Lucia Ewing had what looked like an all-American childhood. She lived with her mother, father, sister, and brother in an affluent suburb of Minneapolis, where they enjoyed private schools, sleep-away camps, a country club membership, and skiing vacations. Surrounded by a tight-knit extended family, and doted upon by her parents, Lucia had no doubt she was loved and cared for. But when it came to accidents and illnesses, Lucia’s parents didn't take their kids to the doctor's office--they prayed, and called a Christian Science practitioner.
fathermothergod is Lucia Greenhouse's story about growing up in Christian Science, in a house where you could not be sick, because you were perfect; where no medicine, even aspirin, was allowed. As a teenager, her visit to an ophthalmologist created a family crisis. She was a sophomore in college before she had her first annual physical. And in December 1985, when Lucia and her siblings, by then young adults, discovered that their mother was sick, they came face-to-face with the reality that they had few--if any--options to save her. Powerless as they watched their mother’s agonizing suffering, Lucia and her siblings struggled with their own grief, anger, and confusion, facing scrutiny from the doctors to whom their parents finally allowed them to turn, and stinging rebuke from relatives who didn’t share their parents’ religious values.
In this haunting, beautifully written book, Lucia pulls back the curtain on the Christian Science faith and chronicles its complicated legacy for her family. At once an essentially American coming-of-age story and a glimpse into the practices of a religion few really understand, fathermothergod is an unflinching exploration of personal loss and the boundaries of family and faith.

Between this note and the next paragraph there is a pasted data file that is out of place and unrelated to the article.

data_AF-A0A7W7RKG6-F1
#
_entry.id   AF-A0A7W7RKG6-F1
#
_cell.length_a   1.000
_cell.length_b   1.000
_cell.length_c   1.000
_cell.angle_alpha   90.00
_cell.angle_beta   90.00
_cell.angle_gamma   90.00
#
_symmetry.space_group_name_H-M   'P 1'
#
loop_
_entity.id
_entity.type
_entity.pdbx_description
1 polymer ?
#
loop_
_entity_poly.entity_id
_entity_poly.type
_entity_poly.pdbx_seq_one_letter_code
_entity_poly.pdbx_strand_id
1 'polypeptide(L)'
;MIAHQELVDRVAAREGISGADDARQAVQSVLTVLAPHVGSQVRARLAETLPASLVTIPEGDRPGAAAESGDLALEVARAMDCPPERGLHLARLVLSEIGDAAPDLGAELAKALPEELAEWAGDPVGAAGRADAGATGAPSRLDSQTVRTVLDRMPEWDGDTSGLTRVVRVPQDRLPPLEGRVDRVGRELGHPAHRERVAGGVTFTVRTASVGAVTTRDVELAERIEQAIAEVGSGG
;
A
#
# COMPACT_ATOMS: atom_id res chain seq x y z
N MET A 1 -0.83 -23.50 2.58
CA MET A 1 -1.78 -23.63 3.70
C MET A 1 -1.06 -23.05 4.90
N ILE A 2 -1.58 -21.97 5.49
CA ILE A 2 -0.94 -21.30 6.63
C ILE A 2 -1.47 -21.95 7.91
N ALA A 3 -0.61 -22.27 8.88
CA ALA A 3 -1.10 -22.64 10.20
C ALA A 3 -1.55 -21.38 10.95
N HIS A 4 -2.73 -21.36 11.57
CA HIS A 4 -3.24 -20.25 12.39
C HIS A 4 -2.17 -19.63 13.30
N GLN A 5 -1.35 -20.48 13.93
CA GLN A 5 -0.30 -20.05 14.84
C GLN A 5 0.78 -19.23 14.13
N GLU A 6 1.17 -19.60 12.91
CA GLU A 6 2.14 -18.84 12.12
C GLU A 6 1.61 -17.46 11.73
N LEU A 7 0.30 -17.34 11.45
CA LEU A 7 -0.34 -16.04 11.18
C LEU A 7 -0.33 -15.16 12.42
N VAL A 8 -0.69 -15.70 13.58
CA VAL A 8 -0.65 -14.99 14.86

LUCIA GREENHOUSE, a graduate of the Emma Willard School and Brown University, lives with her husband and four children in Westchester County, New York. This is her first book.
“fathermothergod is a heart-wrenching coming of age memoir about the implosion of a family when Christian Science dogma encounters a mother's grave illness. It's impossible to read this and not put yourself in the author's shoes—this will take your breath away.”
—Lee Woodruff, author of Perfectly Imperfect and In an Instant
A riveting and heart-rending memoir, fathermothergod: My Journey Out of Christian Science exposes the monstrous feats of neglect fostered by this strange American manifestation of religious fanaticism. Tracing her mother’s decline and its lacerating consequences, Lucia Greenhouse knows the truth about Christian Science, and she tells it with passionate, righteous indignation.
—Caroline Fraser, author of God’s Perfect Child: Living and Dying in the Christian Science Church
"Lucia Greenhouse's book is a heart-breaking reminder of how nefarious religious zealotry can be. Her story drew me in and blew me away. This is an important addition to the genre of memoirs by children who escaped religious hucksterism and are now bravely exposing it."
—Julia Scheeres, author of Jesus Land
“[A] powerfully affecting memoir . . . Greenhouse’s skill in rendering family relationships under the intersecting stresses of illness and conflicting beliefs make the book worthwhile . . . reading. Wrenchingly courageous.”
“Through this memoir, readers will see how even those closest to us can remain a mystery.”
“A touching book that puts a human face on Christian Science.”
“Rather than a journey out of a faith, this is the story of one woman’s questioning and anguish over her parents’ choices…. Teens wondering about their own faith, their parents’ expectations, and how to marry the two will find that this book resonates with them. It will also appeal to anyone wanting to know what it’s like to grow up in Christian Science…Suggest that readers have tissues close at hand.”
—School Library Journal